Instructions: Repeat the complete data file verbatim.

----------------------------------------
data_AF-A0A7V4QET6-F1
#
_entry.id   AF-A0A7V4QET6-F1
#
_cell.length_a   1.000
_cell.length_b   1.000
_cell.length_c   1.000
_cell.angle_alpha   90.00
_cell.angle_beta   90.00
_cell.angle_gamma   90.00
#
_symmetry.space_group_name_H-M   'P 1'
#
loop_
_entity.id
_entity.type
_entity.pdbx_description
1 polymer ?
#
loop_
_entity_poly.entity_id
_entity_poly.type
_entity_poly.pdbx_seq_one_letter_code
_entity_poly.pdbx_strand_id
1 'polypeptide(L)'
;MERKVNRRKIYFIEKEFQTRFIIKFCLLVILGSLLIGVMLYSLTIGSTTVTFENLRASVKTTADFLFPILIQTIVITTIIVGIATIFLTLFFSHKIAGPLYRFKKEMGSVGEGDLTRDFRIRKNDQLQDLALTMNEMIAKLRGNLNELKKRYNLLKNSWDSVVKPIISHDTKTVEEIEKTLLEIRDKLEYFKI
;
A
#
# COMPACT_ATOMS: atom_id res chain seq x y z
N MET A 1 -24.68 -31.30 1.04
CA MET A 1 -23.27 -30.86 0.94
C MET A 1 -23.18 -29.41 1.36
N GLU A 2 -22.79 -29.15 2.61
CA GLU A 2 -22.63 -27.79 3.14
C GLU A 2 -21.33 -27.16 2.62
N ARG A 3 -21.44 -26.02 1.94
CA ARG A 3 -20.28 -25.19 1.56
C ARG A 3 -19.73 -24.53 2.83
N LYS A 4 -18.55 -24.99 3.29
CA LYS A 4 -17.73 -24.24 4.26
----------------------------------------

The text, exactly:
data_AF-A0A7V4QET6-F1
#
_entry.id   AF-A0A7V4QET6-F1
#
_cell.length_a   1.000
_cell.length_b   1.000
_cell.length_c   1.000
_cell.angle_alpha   90.00
_cell.angle_beta   90.00
_cell.angle_gamma   90.00
#
_symmetry.space_group_name_H-M   'P 1'
#
loop_
_entity.id
_entity.type
_entity.pdbx_description
1 polymer ?
#
loop_
_entity_poly.entity_id
_entity_poly.type
_entity_poly.pdbx_seq_one_letter_code
_entity_poly.pdbx_strand_id
1 'polypeptide(L)'
;MERKVNRRKIYFIEKEFQTRFIIKFCLLVILGSLLIGVMLYSLTIGSTTVTFENLRASVKTTADFLFPILIQTIVITTIIVGIATIFLTLFFSHKIAGPLYRFKKEMGSVGEGDLTRDFRIRKNDQLQDLALTMNEMIAKLRGNLNELKKRYNLLKNSWDSVVKPIISHDTKTVEEIEKTLLEIRDKLEYFKI
;
A
#
# COMPACT_ATOMS: atom_id res chain seq x y z
N MET A 1 -24.68 -31.30 1.04
CA MET A 1 -23.27 -30.86 0.94
C MET A 1 -23.18 -29.41 1.36
N GLU A 2 -22.79 -29.15 2.61
CA GLU A 2 -22.63 -27.79 3.14
C GLU A 2 -21.33 -27.16 2.62
N ARG A 3 -21.44 -26.02 1.94
CA ARG A 3 -20.28 -25.19 1.56
C ARG A 3 -19.73 -24.53 2.83
N LYS A 4 -18.55 -24.99 3.29
CA LYS A 4 -17.73 -24.24 4.26